You do not want to wash kimono by yourself falling in one of the below categories
You risk shrinking the kimono by putting it into water.
Many visitors read the articles on " How to buy authentic Japanese Kimono online without being cheated? " and "How to wash Kimono at home" and gave us positive responses. In other article on "How to maintain Kimono?", we mention our Kimono cleaning service.
If you have high quality Kimono and vintage Kimono (esp. made of silk ("正絹 (Shou-ken)") ), definitely you should go to a professional for cleaning.
Onegai Kaeru owns the professional Kimono cleaning shop in Japan which deals with old Kimono ( Furisode, Tomesode, Obi, Juban etc.) in Saitama, Japan ( 1.5 hours from the center of Tokyo, by train and bus).
Kimono collectors around the world usually send their Kimono to our shop for professional cleaning. The laundry shop has been in business for more than 30 years old, much older than Onegai Kaeru in fact.
It is a boutique service for your treasure Kimono.
So what are the common cause(s) of Kimono becoming dirty?
1. Skin oil
2. Dirt (flying in the air, from the ground etc.)
4. Mold (fungus)
Especially sweat and mold are the biggest causes of spots. When the spots get so serious, the kimono needs repair.
When you wear your favorite kimono, even though you do not see any obvious dirt, if you do not plan to wear it again soon, you better take it to a professional Kimono washing place.
Which part of kimono tends to get dirty most? There are 5 parts which tend to get dirty. If you wear kimono, it is almost impossible to avoid these parts getting dirty over a time unless you never sweat and never peel any dead skin off!
Kake-eri = collar. It is around your face. It gets sweat and makeup remains.
Sode-guchi = sleeves. This area gets sweat, skin oil and dead skin.
Memi-goro = front part of your Kimono. You often drop some food/drink when eating/drinking.
Do-ura and Hakkake (inside) = Around your waist part (inside of Kimono). It gets sweat esp. in summer and winter (due to the heater).
Suso = The lower edge of Kimono. It gets dirty when walking.
The normal international Kimono cleaning procedure is the followings:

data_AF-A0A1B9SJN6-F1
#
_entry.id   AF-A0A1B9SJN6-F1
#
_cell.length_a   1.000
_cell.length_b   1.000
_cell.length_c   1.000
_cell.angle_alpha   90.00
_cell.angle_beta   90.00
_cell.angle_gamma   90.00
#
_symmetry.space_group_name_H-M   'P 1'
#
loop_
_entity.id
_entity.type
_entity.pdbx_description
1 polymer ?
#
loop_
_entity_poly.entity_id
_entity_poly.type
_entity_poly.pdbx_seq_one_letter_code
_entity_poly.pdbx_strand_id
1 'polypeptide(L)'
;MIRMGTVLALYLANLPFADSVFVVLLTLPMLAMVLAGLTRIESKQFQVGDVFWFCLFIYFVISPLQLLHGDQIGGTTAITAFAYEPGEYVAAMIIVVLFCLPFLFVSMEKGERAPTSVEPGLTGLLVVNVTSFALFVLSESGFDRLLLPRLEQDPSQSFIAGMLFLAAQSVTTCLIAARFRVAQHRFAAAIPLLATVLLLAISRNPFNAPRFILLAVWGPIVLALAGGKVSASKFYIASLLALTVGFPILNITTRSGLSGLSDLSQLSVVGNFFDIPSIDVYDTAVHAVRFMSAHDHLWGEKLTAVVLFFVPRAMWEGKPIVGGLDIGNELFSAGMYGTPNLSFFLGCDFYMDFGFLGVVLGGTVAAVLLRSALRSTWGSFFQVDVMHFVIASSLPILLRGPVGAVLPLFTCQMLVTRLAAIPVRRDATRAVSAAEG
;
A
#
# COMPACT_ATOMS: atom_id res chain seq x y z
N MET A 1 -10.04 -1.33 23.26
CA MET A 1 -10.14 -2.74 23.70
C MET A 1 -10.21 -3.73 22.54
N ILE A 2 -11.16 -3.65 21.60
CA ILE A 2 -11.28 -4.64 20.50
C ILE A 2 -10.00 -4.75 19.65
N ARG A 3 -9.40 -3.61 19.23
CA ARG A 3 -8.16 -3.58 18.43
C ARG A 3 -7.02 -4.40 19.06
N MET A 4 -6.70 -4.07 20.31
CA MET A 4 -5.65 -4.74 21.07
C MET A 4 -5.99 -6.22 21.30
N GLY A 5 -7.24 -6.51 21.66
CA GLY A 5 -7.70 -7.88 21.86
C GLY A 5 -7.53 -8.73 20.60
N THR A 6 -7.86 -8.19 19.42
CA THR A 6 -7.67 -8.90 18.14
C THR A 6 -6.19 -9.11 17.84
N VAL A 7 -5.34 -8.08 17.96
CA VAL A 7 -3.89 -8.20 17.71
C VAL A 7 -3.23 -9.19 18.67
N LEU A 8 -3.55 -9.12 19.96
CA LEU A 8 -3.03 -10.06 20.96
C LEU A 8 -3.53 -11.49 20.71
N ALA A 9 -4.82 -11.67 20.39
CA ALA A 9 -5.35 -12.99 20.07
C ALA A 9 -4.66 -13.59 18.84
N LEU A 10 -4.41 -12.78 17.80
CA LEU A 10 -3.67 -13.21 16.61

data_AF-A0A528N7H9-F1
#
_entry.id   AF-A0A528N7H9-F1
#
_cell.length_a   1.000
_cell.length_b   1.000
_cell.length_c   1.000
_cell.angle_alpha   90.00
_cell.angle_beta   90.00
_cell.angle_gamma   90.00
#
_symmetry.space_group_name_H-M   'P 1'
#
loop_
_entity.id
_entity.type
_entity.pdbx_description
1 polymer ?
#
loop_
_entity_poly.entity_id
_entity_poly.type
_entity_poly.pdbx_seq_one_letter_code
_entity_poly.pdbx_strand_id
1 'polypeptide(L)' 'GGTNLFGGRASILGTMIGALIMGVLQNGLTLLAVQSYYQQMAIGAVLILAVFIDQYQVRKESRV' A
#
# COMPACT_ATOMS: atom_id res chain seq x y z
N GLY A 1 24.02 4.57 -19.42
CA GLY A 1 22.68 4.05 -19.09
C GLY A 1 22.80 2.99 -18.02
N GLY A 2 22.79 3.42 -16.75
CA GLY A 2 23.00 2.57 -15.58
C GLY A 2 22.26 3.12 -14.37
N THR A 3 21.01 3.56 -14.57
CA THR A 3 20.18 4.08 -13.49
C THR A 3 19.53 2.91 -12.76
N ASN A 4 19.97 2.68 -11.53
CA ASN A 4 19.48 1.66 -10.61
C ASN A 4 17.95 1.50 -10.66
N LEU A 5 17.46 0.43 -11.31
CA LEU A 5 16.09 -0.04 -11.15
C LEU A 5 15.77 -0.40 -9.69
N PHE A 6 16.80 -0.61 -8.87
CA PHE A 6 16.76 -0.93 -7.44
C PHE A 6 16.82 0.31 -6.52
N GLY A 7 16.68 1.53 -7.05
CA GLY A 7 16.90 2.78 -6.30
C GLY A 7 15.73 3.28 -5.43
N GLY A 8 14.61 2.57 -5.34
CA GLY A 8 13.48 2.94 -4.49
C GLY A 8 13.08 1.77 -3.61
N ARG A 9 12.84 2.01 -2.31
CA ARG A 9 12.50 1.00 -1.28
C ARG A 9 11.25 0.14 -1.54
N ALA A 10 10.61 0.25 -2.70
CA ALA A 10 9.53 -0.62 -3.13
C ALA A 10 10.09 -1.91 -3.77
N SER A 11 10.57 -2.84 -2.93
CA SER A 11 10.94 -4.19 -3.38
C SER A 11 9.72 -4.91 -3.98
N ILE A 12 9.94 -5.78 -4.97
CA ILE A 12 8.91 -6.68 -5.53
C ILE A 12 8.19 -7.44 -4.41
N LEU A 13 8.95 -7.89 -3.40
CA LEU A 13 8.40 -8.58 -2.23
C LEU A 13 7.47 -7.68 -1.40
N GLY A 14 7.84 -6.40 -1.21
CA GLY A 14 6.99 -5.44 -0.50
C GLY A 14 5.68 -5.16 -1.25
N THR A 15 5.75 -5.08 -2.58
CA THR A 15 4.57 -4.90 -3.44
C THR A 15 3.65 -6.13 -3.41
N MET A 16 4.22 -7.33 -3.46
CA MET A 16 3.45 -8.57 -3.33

1. We give the invoice of the quotation service fee
2. Once the invoice (of the quotation service fee) paid by you, you ship the kimono carefully packed to the designated address in Japan by EMS (with a tracking number),
3. Kimono master checks the kimono and quote with possible cleaning duration (or respond "unclean-able with reasons" (in which case, check N.B. below))
4. We give you the invoice of the cleaning service fee
5. Once the invoice (of the quotation service fee) paid by you, cleaning is done, we inform you with the EMS price to go back to your address, and
6.When the EMS paid by you, we ship the Kimono to you!
N.B. From 3. if the kimono is " unclean-able". We give you the EMS price to ship back your Kimono and when the EMS paid by you, we ship the Kimono to you.
The cost varies depending on the type of Kimono and the extent of dirty area usually starting from 400 up to 1500USD per piece plus international shipping cost with necessary insurance.
To get the exact cost, the Kimono cleaning master needs to check the condition by eyes carefully. Some dirt/spots are caused by the sun burn and fungus and not clean-able. Thus, there are some cases the master can not take care of the job in which case, a certain fee for the quotation service fee is payable by the customer.
The duration is 2 week - 2 month depending on the kimono cleaning master's schedule and the Kimono condition.
Disclaimer: Even though we try to make the info as updated and accurate but the accuracy of the information herein is not guaranteed by us. If you have any uncertainty, please contact the information source.